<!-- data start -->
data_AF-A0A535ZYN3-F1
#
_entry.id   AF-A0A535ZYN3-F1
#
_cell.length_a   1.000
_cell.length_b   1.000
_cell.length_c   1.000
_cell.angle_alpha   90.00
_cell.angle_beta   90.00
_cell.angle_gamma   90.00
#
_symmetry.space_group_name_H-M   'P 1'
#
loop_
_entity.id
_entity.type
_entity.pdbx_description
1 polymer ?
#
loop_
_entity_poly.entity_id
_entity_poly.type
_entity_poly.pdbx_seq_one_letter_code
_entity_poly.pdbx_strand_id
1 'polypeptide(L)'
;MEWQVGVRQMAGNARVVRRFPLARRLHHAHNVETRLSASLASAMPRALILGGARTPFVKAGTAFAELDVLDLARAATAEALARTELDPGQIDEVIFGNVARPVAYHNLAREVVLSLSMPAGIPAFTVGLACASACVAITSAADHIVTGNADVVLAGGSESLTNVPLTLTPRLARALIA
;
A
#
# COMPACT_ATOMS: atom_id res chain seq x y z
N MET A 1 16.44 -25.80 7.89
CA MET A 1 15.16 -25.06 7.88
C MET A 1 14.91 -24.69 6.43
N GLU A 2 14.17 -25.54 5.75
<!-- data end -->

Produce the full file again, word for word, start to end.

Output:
data_AF-A0A535ZYN3-F1
#
_entry.id   AF-A0A535ZYN3-F1
#
_cell.length_a   1.000
_cell.length_b   1.000
_cell.length_c   1.000
_cell.angle_alpha   90.00
_cell.angle_beta   90.00
_cell.angle_gamma   90.00
#
_symmetry.space_group_name_H-M   'P 1'
#
loop_
_entity.id
_entity.type
_entity.pdbx_description
1 polymer ?
#
loop_
_entity_poly.entity_id
_entity_poly.type
_entity_poly.pdbx_seq_one_letter_code
_entity_poly.pdbx_strand_id
1 'polypeptide(L)'
;MEWQVGVRQMAGNARVVRRFPLARRLHHAHNVETRLSASLASAMPRALILGGARTPFVKAGTAFAELDVLDLARAATAEALARTELDPGQIDEVIFGNVARPVAYHNLAREVVLSLSMPAGIPAFTVGLACASACVAITSAADHIVTGNADVVLAGGSESLTNVPLTLTPRLARALIA
;
A
#
# COMPACT_ATOMS: atom_id res chain seq x y z
N MET A 1 16.44 -25.80 7.89
CA MET A 1 15.16 -25.06 7.88
C MET A 1 14.91 -24.69 6.43
N GLU A 2 14.17 -25.54 5.75